Earlier this year I had some of my elementary students do the classic how-many-times-can-you-fold-a piece-of-paper-in-half exercise. A three-by-three sticky will get you six folds that creates a very nice little eight-by-eight grid. That’s a little stack of paper 64 thicknesses tall. The thickness of the paper is growing exponentially, and it’s not possible to fold it a seventh time. We found a 30-foot-long piece of adding machine tape would allow seven folds but no more.
When I asked the students how many pieces we would have after 10 or 20 folds, the guesses were predictably low. The mind – and not just (of) elementary students – has a difficult time grasping how quickly things increase when they double with each fold.
If you were able to continue folding, it would be just 20 folds to breach the million mark. In fact, 20 folds gets you 1,028,576 very little imaginary pieces of paper. This is exponential growth. Thirty folds and you’ve got over a billion.
Folding a piece of paper in half is trivial, but it illustrates how many things work. One weed in your yard goes to seed and pretty soon the weeds are everywhere. If it’s money you have invested, doubling is a wonderful thing.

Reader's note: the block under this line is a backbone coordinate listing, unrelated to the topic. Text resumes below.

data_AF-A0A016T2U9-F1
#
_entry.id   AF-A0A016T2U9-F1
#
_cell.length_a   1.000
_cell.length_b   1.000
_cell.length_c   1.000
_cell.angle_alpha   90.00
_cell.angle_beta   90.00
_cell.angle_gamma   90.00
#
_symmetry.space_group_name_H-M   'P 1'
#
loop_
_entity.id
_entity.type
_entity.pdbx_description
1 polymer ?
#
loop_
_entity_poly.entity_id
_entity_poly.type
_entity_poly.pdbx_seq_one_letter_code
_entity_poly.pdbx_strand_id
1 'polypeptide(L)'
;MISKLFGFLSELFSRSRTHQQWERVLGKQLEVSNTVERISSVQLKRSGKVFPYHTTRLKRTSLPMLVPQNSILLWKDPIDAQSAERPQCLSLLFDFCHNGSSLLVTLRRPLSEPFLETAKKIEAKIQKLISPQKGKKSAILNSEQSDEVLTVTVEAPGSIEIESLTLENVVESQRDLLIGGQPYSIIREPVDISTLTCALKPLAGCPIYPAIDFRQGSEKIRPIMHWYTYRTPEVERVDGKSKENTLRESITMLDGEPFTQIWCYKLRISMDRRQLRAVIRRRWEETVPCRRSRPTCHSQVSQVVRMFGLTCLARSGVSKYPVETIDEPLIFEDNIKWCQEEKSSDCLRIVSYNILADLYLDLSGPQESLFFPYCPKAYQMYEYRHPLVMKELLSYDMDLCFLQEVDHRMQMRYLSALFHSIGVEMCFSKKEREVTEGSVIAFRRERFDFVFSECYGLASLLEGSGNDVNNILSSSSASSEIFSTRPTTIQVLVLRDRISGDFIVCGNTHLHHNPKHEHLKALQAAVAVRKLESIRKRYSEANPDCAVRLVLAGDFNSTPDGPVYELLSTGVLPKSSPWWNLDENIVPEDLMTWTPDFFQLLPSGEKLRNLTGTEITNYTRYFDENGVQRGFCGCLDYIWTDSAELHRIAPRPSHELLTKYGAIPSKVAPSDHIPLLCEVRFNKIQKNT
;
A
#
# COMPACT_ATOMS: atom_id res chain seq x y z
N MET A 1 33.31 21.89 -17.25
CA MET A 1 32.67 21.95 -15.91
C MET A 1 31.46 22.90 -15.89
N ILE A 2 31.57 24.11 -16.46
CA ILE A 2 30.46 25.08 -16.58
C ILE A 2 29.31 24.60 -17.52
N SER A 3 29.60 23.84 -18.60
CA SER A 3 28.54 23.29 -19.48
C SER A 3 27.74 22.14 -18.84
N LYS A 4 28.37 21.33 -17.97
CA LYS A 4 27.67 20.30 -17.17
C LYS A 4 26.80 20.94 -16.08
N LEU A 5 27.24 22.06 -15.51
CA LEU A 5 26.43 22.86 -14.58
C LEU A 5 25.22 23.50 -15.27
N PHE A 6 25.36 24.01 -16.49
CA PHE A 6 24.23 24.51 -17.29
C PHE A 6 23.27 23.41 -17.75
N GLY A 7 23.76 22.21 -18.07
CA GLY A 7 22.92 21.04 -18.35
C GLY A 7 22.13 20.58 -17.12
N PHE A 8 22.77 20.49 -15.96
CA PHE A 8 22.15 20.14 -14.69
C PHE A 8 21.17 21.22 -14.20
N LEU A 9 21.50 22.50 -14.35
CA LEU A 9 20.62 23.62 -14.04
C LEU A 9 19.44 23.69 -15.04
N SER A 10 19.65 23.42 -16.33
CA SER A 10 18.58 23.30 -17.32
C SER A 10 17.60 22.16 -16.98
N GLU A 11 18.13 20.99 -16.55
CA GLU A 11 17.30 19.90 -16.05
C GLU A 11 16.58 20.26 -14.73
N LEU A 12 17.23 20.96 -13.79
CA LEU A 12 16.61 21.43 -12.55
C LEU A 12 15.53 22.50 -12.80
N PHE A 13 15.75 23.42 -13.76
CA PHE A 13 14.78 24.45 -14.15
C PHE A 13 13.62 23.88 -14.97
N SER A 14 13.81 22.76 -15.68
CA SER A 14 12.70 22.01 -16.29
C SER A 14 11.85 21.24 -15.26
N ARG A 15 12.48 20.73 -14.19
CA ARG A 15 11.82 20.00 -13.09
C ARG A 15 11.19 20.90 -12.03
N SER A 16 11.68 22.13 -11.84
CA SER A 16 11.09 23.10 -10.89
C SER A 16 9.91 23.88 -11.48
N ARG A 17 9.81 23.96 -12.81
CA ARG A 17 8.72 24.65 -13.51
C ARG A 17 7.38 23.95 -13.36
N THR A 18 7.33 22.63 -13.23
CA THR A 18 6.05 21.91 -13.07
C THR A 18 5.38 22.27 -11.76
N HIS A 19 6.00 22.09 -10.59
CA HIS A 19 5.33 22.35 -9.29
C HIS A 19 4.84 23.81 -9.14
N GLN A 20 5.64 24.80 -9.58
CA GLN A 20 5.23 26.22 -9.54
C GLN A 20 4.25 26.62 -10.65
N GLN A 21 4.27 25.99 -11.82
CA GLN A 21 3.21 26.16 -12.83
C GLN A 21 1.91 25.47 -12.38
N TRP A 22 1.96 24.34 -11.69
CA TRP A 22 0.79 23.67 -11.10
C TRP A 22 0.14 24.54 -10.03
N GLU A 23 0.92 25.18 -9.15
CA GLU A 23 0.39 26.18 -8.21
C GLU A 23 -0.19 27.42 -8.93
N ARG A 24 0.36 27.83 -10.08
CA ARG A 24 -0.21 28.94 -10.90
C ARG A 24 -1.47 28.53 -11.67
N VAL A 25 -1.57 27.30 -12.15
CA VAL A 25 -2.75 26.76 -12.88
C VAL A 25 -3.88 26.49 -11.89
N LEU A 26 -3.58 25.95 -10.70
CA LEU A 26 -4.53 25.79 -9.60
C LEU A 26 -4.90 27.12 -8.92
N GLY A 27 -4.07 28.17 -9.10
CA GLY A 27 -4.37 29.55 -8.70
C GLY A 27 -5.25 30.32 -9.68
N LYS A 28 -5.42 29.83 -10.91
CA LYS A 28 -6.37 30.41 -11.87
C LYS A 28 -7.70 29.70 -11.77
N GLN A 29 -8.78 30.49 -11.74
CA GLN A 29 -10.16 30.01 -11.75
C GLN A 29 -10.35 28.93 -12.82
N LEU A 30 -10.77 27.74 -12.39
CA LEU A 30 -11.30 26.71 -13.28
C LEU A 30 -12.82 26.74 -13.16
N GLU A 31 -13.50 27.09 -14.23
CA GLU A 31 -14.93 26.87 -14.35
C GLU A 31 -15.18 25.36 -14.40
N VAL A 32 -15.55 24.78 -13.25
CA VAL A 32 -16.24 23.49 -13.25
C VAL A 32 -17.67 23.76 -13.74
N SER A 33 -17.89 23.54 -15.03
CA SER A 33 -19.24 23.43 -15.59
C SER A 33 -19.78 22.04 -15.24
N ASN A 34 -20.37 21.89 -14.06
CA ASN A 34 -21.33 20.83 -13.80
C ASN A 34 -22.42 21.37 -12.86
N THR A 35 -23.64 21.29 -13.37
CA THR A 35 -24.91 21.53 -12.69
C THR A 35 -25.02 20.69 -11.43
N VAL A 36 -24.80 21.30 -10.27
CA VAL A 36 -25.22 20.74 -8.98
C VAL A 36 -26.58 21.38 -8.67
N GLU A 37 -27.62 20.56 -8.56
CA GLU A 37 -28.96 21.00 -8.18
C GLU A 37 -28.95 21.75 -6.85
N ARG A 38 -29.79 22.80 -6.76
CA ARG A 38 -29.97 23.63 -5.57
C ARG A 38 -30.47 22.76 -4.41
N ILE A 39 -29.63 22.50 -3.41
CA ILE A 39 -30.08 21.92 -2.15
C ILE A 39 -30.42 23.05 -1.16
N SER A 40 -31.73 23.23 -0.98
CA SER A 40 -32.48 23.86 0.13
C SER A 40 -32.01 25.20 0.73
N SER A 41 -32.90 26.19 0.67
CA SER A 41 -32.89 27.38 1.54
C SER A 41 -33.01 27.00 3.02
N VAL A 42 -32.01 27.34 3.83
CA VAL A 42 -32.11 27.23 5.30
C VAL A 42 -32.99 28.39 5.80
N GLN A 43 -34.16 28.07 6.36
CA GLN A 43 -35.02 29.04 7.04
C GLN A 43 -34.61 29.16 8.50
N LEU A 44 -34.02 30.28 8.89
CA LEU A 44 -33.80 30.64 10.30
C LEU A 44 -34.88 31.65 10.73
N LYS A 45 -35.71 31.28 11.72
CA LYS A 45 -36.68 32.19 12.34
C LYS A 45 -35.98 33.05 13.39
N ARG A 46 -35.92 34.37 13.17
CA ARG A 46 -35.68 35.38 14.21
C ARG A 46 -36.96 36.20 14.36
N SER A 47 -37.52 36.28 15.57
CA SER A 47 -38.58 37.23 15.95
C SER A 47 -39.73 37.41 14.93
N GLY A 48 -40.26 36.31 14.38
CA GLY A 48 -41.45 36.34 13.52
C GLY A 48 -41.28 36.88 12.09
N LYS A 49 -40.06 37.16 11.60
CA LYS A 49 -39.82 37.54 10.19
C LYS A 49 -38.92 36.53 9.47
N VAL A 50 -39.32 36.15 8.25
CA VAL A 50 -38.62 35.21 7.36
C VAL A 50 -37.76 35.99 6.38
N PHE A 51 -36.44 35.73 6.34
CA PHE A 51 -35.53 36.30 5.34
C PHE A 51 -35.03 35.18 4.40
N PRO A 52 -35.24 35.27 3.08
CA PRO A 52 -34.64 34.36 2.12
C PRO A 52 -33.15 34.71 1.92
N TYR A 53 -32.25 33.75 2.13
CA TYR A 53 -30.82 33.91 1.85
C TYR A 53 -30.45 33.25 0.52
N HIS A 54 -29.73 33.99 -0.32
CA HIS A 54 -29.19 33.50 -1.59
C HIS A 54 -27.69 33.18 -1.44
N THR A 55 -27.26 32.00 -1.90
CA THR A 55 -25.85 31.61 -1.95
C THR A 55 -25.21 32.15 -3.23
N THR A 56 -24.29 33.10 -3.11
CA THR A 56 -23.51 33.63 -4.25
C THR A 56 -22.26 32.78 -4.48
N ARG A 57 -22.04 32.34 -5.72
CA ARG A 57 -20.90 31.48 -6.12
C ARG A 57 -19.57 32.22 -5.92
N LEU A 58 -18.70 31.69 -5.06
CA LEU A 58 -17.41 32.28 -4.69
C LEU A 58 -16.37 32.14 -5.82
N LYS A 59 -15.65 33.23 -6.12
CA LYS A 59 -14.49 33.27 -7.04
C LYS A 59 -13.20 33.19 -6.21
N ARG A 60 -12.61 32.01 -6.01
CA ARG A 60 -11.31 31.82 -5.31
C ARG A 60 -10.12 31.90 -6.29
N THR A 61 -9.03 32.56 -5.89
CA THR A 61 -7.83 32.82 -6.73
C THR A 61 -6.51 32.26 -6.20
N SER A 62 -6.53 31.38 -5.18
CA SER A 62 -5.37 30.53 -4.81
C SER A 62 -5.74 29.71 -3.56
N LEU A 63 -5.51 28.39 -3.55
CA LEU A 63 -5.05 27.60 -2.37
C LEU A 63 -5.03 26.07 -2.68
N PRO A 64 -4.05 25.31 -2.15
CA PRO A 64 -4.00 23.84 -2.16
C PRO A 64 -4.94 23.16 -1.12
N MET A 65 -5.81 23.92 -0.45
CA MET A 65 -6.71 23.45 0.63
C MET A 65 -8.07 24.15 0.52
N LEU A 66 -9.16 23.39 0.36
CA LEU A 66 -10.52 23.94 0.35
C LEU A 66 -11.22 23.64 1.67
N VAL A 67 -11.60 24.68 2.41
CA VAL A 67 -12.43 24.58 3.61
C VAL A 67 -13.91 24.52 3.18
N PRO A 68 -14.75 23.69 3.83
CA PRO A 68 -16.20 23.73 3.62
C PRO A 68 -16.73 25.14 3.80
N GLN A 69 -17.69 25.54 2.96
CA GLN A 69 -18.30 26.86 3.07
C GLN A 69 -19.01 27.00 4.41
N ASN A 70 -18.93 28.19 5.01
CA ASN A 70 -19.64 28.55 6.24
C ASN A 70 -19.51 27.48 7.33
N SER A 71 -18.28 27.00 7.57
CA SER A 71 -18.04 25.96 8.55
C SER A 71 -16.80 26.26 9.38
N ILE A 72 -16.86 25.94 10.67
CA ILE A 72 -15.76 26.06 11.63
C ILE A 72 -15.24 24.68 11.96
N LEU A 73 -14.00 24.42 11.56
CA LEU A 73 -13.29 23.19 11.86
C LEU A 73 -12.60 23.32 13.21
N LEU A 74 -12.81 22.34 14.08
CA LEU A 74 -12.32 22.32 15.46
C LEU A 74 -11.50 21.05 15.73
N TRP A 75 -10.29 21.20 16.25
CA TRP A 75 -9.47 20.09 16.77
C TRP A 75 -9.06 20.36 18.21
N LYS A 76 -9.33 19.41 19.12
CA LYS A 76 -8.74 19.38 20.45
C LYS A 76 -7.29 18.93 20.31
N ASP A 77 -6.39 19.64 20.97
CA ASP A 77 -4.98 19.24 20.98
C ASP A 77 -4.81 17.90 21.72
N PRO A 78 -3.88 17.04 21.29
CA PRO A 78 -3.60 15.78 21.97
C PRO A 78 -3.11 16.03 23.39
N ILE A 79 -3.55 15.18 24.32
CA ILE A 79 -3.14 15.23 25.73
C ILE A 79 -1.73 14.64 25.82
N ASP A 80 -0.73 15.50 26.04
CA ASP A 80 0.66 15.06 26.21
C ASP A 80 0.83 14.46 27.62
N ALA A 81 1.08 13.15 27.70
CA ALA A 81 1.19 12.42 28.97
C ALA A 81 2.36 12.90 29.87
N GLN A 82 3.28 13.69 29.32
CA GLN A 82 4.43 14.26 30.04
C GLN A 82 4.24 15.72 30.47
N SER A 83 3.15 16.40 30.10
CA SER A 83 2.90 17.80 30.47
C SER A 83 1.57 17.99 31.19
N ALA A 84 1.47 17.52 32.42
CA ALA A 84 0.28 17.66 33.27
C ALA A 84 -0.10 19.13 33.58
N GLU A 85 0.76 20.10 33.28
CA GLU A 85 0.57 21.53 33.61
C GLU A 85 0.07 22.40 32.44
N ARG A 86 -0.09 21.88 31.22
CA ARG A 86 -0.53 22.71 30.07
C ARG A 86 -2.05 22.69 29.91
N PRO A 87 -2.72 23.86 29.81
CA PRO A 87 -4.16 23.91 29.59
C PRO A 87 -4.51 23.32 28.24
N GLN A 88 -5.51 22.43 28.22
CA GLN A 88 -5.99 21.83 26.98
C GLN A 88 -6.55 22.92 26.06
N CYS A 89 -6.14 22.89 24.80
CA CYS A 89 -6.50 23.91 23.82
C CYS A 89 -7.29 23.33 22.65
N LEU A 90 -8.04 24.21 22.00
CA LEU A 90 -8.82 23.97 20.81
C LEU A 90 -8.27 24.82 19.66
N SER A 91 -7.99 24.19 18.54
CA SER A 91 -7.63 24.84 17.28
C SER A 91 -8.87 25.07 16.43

If, however, it’s the spread of a new virus across the globe, then it’s a crisis that requires swift action. At the front end of an exponential curve, the numbers look really small and it’s hard to grasp where things are going. Remember: Twenty folds, if possible, would get you to a million.
The time has come to hit the pause button with force and alacrity. The schools have been closed, social distancing has been added to our vocabulary, and many businesses have locked their doors. To effectively slow down the growth of COVID-19, we need to stop just about everything but the essentials.